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Questions of race, workers’ rights and exploitation form the crux of this intriguing documentary about Latin American immigrants living in rural Mississippi, where poultry plants promise jobs but little else. Shot on Super 8mm film, which gives it a lustrous, saturated color, Mississippi Chicken reveals the textures, moods and struggles of the New South.
In the 1990s, poultry companies in Mississippi and throughout the American South began to heavily recruit Latin American immigrants, most of them undocumented, to work in the poultry plants. A decade later, there are now large immigrant communities in poultry towns all over the South, and the immigrants find themselves in an extremely vulnerable situation, where they are frequent victims of abuse by employers, police officers, landlords, neighbors and even other immigrants.
Mississippi Chicken reveals this perilous, fragile, and yet amazingly hopeful world of Latin American immigrants in a Mississippi trailer park that sits next to a poultry plant.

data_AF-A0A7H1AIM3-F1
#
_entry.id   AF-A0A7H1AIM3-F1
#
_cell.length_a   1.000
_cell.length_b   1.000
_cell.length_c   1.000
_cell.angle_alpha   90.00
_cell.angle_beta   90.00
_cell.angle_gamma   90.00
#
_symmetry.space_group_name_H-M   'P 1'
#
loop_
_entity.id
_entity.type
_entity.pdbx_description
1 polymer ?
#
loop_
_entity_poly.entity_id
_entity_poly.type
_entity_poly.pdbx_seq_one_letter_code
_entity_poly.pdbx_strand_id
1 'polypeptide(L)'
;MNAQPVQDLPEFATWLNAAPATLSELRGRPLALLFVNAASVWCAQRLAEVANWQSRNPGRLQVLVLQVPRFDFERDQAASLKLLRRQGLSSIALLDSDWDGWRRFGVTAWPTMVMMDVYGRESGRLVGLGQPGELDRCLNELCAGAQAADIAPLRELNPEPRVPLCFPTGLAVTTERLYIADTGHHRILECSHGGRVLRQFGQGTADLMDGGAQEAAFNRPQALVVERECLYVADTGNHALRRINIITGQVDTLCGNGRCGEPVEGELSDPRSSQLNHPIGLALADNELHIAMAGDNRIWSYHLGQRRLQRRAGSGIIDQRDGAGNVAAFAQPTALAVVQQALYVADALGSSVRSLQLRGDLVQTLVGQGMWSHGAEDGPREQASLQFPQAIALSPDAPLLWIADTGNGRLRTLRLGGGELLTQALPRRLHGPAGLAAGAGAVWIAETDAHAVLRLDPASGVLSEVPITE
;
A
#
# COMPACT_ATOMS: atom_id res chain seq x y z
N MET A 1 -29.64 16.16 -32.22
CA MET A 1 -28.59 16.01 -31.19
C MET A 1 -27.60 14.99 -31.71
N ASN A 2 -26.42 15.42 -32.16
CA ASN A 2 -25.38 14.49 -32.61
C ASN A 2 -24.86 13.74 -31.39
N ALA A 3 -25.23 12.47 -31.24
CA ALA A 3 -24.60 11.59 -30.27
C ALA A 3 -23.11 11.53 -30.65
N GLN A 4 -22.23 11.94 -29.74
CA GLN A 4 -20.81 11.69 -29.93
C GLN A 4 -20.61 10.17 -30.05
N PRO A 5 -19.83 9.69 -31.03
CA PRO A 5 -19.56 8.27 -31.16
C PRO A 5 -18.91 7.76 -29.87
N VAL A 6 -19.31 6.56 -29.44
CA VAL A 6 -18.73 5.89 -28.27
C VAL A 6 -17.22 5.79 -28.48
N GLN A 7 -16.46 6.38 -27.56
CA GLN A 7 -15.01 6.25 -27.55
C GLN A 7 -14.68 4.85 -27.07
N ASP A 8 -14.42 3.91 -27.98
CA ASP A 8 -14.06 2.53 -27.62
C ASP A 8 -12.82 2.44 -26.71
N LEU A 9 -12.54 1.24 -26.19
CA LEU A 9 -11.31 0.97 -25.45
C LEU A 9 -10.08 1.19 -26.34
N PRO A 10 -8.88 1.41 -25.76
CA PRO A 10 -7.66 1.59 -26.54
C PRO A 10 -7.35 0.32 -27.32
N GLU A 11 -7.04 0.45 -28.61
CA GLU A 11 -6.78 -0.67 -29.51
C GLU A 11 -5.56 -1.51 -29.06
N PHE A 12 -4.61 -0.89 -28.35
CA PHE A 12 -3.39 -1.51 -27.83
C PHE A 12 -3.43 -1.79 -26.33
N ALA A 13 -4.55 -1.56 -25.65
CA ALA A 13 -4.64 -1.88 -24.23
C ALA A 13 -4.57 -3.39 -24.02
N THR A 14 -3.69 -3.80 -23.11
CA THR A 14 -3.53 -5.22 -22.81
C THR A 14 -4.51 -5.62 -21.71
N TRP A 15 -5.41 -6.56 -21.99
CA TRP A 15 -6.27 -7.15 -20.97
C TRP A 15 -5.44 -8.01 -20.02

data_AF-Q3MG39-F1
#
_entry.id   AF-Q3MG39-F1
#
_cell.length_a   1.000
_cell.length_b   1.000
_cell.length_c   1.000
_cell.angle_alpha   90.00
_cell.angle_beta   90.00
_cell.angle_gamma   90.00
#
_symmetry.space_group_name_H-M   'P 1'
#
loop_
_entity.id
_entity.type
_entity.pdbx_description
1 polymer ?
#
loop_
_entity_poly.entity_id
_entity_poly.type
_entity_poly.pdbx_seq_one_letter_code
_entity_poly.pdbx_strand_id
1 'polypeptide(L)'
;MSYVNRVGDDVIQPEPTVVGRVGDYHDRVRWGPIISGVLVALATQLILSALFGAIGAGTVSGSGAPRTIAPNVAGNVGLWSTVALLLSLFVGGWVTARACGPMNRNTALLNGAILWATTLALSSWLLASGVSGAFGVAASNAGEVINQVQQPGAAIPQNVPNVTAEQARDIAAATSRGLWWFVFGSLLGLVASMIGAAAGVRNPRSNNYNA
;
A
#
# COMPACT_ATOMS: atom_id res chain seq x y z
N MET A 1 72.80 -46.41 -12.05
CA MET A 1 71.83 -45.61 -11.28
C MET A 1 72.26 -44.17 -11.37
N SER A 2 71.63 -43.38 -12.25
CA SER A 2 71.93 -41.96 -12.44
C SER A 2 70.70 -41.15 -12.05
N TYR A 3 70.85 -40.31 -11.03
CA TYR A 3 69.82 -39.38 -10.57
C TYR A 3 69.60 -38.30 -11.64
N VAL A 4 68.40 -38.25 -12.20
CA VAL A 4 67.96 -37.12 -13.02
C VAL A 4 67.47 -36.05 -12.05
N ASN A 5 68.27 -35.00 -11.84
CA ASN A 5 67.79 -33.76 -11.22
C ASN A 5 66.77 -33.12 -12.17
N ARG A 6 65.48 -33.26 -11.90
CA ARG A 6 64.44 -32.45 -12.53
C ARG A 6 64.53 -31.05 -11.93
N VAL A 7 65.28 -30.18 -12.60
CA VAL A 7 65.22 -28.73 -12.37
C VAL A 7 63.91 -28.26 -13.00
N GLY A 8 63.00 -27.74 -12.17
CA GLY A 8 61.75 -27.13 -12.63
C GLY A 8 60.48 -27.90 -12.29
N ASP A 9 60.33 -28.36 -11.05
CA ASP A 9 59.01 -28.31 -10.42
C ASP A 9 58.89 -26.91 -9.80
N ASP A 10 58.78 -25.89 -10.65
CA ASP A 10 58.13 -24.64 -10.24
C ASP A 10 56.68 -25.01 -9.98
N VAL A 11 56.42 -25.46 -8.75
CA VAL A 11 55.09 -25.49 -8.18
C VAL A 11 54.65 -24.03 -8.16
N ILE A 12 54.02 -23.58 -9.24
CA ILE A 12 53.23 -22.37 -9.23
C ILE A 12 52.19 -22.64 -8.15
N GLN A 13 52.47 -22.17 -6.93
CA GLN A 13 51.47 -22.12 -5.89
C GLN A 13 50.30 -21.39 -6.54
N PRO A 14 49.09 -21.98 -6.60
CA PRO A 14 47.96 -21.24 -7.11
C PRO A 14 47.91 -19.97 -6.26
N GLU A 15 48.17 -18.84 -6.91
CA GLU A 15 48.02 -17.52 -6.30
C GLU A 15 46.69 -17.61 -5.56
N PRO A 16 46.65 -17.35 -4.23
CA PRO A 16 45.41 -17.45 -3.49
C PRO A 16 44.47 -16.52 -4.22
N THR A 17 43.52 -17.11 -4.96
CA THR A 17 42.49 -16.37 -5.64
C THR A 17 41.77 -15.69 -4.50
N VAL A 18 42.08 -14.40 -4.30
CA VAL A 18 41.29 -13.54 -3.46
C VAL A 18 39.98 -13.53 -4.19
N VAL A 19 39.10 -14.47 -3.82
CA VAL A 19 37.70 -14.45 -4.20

Guillermina is a Mexican immigrant who hears the stories of the other trailer park residents on a daily basis as she serves them traditional Mexican meals out of her trailer. Anita is a workers’ rights advocate working with poultry workers in Mississippi, and she learns about many of the community’s struggles from Guillermina. Together, they guide us through the beauty and the terror of this world, as their friendship grows more intimate.
Mississippi Chicken is shot almost entirely on Super 8mm film, which both beautifully captures the light, texture and feel of summer in the Deep South and elicits a connection between the current immigrants’ rights struggle and the Civil Rights Era, when Super 8 was popular.
Author: Kirwan Institute (427 Articles)
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